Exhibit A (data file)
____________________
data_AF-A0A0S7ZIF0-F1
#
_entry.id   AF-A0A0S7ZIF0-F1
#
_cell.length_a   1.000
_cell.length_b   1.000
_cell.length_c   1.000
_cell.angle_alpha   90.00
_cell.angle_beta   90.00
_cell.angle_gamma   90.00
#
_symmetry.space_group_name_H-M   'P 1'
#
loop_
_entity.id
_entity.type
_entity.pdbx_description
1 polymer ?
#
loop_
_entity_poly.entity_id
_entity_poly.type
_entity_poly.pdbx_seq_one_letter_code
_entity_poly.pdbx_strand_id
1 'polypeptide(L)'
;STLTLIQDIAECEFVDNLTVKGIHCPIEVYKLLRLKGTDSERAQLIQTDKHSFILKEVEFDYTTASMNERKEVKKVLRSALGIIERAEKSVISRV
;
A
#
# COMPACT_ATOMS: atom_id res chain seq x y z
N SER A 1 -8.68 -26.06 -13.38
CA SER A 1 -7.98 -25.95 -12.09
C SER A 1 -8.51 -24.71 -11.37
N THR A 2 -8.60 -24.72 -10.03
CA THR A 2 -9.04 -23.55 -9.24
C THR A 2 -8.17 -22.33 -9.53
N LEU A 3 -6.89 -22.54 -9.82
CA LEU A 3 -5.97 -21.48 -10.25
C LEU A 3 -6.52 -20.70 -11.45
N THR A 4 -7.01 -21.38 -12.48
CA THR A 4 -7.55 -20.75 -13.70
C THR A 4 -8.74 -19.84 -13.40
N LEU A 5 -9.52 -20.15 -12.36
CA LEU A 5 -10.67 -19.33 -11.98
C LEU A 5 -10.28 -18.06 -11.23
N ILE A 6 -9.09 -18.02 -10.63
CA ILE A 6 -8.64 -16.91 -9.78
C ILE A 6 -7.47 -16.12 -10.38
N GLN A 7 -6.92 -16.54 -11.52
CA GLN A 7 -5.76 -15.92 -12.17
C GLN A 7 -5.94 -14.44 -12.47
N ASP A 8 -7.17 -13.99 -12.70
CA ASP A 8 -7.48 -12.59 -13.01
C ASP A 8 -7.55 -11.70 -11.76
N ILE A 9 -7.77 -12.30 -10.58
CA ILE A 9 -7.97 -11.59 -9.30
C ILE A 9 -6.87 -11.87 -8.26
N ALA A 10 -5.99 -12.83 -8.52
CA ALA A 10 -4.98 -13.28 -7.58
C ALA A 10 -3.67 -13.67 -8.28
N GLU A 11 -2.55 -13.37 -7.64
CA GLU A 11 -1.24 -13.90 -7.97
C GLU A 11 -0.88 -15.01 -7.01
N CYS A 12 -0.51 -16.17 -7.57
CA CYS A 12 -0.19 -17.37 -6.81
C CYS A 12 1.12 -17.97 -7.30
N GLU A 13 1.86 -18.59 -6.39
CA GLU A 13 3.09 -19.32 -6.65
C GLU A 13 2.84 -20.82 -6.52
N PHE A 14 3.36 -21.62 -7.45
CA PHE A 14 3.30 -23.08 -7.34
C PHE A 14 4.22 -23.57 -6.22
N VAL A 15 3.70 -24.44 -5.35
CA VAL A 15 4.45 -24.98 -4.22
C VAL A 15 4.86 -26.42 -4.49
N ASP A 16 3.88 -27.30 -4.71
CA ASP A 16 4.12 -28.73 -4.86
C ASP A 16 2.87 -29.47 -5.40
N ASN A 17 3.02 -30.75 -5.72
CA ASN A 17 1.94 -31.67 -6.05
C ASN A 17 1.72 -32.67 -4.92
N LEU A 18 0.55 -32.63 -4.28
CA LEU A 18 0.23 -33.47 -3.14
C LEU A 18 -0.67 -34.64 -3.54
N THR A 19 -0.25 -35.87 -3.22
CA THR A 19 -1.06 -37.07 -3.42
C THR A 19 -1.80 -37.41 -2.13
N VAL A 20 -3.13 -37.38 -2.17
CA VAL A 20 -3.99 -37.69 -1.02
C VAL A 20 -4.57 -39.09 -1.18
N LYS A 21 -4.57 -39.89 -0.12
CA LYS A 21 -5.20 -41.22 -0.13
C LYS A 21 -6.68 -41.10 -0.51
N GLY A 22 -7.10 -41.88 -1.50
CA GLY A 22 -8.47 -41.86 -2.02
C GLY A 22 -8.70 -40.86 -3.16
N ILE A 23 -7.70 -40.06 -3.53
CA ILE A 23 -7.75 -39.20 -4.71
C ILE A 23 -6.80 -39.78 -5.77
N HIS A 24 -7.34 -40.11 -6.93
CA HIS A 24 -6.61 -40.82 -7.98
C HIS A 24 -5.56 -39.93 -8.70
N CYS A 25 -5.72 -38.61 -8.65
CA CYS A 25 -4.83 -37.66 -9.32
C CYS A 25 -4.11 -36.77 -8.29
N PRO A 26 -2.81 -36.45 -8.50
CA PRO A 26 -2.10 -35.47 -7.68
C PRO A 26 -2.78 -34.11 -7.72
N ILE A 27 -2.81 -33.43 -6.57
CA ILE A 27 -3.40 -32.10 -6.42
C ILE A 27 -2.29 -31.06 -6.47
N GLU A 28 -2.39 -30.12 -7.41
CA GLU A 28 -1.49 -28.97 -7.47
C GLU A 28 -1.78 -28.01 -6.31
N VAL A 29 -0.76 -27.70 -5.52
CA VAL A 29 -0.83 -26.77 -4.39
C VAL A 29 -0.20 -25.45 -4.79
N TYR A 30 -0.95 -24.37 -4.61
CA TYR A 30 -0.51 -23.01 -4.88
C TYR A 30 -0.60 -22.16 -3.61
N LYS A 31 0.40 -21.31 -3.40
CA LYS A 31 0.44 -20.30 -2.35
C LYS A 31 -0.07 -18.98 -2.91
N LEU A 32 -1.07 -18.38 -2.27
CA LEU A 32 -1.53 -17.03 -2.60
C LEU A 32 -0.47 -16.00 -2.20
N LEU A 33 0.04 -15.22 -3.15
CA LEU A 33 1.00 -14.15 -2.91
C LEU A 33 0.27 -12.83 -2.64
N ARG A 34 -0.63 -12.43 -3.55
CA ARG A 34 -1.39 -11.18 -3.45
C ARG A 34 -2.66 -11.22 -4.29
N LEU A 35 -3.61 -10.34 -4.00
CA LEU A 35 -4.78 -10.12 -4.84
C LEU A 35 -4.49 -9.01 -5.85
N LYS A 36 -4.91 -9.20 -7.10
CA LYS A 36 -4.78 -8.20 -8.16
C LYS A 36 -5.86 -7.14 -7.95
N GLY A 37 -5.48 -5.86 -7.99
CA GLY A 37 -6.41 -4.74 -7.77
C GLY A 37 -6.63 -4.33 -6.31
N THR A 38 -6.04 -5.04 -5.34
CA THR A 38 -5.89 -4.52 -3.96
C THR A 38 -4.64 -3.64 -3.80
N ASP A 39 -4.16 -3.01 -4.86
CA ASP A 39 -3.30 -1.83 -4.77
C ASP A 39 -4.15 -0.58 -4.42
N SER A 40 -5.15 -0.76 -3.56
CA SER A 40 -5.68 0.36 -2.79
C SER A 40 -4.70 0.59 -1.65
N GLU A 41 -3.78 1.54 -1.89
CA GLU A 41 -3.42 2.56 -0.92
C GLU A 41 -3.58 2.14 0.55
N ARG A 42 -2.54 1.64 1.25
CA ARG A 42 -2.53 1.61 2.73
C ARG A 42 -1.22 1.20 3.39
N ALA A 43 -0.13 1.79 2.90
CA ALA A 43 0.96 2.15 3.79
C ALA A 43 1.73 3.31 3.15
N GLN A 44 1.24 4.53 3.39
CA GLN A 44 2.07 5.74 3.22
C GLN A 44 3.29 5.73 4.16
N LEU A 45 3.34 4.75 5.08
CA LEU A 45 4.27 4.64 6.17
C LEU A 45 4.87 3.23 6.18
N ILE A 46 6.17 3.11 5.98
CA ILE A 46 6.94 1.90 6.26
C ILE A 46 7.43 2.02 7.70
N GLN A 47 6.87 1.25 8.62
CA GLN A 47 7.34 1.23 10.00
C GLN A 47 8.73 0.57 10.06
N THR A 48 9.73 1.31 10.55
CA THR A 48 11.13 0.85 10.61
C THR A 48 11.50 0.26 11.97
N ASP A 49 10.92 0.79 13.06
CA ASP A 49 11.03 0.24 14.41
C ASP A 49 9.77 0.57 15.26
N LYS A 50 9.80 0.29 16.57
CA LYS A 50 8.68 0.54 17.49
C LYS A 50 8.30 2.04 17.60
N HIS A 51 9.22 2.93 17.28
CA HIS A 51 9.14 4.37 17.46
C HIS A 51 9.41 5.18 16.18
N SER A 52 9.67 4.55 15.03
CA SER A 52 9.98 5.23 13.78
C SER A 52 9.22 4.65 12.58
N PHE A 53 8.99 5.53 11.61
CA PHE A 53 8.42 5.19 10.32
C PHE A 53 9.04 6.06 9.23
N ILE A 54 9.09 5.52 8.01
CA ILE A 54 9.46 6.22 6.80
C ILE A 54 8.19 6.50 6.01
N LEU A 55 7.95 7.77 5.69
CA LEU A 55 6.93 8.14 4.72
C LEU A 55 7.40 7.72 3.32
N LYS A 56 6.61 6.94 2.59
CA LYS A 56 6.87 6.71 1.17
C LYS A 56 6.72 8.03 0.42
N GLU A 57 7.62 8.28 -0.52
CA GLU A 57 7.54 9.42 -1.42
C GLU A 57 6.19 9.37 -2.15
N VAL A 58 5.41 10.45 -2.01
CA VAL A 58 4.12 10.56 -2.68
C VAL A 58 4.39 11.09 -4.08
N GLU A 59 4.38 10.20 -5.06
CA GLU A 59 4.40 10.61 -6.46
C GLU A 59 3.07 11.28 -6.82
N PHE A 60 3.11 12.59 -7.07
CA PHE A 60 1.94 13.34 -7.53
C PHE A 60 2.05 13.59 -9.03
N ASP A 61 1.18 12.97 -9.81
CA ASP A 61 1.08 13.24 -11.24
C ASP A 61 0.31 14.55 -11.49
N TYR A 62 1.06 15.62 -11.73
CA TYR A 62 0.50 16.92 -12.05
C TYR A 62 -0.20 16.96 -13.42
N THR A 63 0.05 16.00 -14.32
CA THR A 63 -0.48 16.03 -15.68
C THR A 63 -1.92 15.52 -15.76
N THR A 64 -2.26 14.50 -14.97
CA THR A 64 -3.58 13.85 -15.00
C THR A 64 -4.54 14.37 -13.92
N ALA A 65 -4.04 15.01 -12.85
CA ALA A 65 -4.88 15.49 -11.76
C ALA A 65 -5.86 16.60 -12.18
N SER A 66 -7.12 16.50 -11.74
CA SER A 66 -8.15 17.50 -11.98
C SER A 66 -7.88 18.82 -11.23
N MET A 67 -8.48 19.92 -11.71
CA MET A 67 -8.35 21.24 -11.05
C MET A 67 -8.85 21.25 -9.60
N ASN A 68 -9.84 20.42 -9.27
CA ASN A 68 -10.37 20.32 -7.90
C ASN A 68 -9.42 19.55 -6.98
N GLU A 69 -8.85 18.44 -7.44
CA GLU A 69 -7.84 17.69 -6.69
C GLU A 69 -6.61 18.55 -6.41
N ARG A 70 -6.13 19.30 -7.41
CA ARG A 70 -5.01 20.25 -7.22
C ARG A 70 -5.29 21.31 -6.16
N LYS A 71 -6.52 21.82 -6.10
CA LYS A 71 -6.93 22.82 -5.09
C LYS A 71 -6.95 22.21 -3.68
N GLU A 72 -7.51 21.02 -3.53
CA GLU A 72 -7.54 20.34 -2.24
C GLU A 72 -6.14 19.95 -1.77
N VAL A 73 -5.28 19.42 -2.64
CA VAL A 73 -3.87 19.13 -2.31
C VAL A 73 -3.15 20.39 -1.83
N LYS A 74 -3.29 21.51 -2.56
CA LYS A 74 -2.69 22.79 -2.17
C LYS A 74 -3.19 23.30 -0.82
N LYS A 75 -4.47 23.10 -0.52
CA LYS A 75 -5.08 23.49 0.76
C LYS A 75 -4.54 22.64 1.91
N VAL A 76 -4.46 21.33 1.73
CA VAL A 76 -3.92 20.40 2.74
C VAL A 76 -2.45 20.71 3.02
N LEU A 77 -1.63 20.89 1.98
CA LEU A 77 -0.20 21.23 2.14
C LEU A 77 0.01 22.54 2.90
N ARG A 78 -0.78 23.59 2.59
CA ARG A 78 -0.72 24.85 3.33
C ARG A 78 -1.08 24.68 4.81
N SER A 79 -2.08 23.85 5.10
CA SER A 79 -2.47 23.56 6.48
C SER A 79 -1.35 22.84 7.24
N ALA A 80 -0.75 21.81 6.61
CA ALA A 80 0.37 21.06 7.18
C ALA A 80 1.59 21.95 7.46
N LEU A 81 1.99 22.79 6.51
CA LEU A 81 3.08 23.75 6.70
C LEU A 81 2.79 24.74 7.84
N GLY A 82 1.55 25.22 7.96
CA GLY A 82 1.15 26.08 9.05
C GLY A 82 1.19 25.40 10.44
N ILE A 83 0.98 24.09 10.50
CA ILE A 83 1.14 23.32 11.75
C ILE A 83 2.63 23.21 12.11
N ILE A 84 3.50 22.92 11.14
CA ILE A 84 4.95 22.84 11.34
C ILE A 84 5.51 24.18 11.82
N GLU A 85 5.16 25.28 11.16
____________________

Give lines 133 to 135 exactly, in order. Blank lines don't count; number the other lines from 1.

N LEU A 35 -3.61 -10.34 -4.00
CA LEU A 35 -4.78 -10.12 -4.84
C LEU A 35 -4.49 -9.01 -5.85